Also, within the content management family, there’s consolidation work to be done, Shegda said. Content Manager has a repository that handles standard documents and images, and it has Content Manager OnDemand, which is a separate repository for handling mainframe information. Merging those two into a single repository for all types of digital content, including mainframe reports, would make administration easier for users, Shegda said.

In terms of features, IBM’s content management portfolio lacks sophisticated Web content management tools. Those included in IBM’s portal offering are lightweight and not geared for high-volume use, AMR’s Murphy said. “What IBM clearly doesn’t have yet – and hasn’t made a really bold move into – is Web content management,” he said.

Meanwhile, IBM is not alone in upping its content management offerings. Other vendors with product enhancements include:

*FileNet, which just launched its redesigned FileNet P8 platform. The new platform lets customers build systems using just the modules they need. It includes modules for managing business processes, enterprise content, Web content and images.

*Vignette Corp., which started shipping its V7 family of products in January. New tools include a graphical workflow modeling tool and integration workbench designed to make it easier to build Web sites and portals.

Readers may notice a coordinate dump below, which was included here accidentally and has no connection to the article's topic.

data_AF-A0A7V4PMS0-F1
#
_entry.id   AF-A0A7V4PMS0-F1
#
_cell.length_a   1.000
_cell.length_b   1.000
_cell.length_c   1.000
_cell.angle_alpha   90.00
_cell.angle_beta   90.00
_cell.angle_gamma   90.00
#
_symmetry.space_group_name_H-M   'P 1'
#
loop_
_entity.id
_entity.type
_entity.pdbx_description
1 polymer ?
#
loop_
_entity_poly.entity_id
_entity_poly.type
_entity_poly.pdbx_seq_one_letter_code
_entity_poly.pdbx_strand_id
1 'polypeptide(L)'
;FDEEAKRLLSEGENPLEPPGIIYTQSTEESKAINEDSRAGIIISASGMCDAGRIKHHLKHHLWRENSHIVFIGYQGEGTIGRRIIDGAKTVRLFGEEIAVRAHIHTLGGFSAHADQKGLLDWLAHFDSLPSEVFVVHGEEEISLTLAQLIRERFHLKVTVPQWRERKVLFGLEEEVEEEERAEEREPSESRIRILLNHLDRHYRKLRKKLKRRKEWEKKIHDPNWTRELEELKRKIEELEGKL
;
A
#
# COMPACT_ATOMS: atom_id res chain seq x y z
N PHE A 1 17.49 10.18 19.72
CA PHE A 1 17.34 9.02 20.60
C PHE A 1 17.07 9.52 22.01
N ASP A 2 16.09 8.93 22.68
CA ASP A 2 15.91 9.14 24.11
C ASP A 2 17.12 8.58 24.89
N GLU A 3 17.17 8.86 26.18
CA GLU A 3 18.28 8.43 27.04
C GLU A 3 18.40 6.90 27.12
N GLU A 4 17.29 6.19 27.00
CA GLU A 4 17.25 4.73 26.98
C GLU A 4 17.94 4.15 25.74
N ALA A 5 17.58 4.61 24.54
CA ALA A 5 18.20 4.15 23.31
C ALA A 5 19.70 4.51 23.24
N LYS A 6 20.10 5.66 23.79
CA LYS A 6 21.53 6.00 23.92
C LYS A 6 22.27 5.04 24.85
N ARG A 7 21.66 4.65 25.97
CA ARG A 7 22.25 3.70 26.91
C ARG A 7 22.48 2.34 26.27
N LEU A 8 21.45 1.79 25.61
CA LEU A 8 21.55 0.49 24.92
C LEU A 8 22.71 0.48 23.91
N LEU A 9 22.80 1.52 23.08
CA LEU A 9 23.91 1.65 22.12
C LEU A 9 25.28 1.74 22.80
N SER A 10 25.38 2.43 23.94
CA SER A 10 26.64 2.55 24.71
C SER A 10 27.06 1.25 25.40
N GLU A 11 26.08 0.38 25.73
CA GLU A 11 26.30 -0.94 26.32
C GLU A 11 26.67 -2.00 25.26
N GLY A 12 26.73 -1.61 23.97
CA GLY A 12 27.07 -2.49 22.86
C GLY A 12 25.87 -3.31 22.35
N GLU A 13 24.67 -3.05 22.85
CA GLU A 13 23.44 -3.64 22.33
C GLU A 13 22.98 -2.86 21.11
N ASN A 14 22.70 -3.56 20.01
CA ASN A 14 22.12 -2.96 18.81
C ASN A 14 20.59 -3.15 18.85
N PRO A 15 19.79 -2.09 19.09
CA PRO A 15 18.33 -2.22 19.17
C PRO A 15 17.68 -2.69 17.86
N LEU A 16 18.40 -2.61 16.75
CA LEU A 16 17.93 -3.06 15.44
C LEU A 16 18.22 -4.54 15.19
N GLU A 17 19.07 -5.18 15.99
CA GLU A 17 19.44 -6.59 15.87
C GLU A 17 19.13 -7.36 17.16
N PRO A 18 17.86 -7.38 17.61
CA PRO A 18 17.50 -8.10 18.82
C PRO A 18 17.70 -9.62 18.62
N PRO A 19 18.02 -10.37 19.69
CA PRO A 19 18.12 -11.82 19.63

*Venetica Corp., which unveiled a new release of its flagship suite for integrating disparate content repositories. VeniceBridge 5.0. can handle more content types and has a common in-box for disparate workflow engines, the company said.

*Progressive Information Technologies Inc., which released a new version of its Vasont content management system. New to Vasont 8.0 are multilanguage translation capabilities so that organizations can manage and edit multilingual content from a single source.

*GlobalScape Inc., which released a new Web content management system, PureCMS, targeted at small and midsize businesses.